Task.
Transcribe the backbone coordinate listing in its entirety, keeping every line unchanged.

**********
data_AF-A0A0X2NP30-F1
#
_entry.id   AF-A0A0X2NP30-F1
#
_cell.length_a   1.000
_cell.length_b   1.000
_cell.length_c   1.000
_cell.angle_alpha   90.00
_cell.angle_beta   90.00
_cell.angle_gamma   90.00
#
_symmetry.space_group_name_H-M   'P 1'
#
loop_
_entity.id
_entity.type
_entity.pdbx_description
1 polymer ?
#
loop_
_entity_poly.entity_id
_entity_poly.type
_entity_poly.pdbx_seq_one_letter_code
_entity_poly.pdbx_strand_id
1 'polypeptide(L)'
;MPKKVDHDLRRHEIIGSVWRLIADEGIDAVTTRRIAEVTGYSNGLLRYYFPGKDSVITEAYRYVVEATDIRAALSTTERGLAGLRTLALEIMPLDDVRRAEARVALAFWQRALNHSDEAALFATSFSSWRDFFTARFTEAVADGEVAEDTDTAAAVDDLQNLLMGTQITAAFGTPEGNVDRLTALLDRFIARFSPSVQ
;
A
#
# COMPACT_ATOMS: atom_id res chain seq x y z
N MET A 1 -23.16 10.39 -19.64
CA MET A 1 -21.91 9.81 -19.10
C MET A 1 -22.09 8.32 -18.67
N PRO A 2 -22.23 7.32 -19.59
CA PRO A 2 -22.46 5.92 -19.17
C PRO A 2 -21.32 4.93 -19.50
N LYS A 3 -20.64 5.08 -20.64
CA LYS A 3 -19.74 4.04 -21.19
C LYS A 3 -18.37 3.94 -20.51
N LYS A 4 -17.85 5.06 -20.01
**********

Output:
data_AF-A0A0X2NP30-F1
#
_entry.id   AF-A0A0X2NP30-F1
#
_cell.length_a   1.000
_cell.length_b   1.000
_cell.length_c   1.000
_cell.angle_alpha   90.00
_cell.angle_beta   90.00
_cell.angle_gamma   90.00
#
_symmetry.space_group_name_H-M   'P 1'
#
loop_
_entity.id
_entity.type
_entity.pdbx_description
1 polymer ?
#
loop_
_entity_poly.entity_id
_entity_poly.type
_entity_poly.pdbx_seq_one_letter_code
_entity_poly.pdbx_strand_id
1 'polypeptide(L)'
;MPKKVDHDLRRHEIIGSVWRLIADEGIDAVTTRRIAEVTGYSNGLLRYYFPGKDSVITEAYRYVVEATDIRAALSTTERGLAGLRTLALEIMPLDDVRRAEARVALAFWQRALNHSDEAALFATSFSSWRDFFTARFTEAVADGEVAEDTDTAAAVDDLQNLLMGTQITAAFGTPEGNVDRLTALLDRFIARFSPSVQ
;
A
#
# COMPACT_ATOMS: atom_id res chain seq x y z
N MET A 1 -23.16 10.39 -19.64
CA MET A 1 -21.91 9.81 -19.10
C MET A 1 -22.09 8.32 -18.67
N PRO A 2 -22.23 7.32 -19.59
CA PRO A 2 -22.46 5.92 -19.17
C PRO A 2 -21.32 4.93 -19.50
N LYS A 3 -20.64 5.08 -20.64
CA LYS A 3 -19.74 4.04 -21.19
C LYS A 3 -18.37 3.94 -20.51
N LYS A 4 -17.85 5.06 -20.01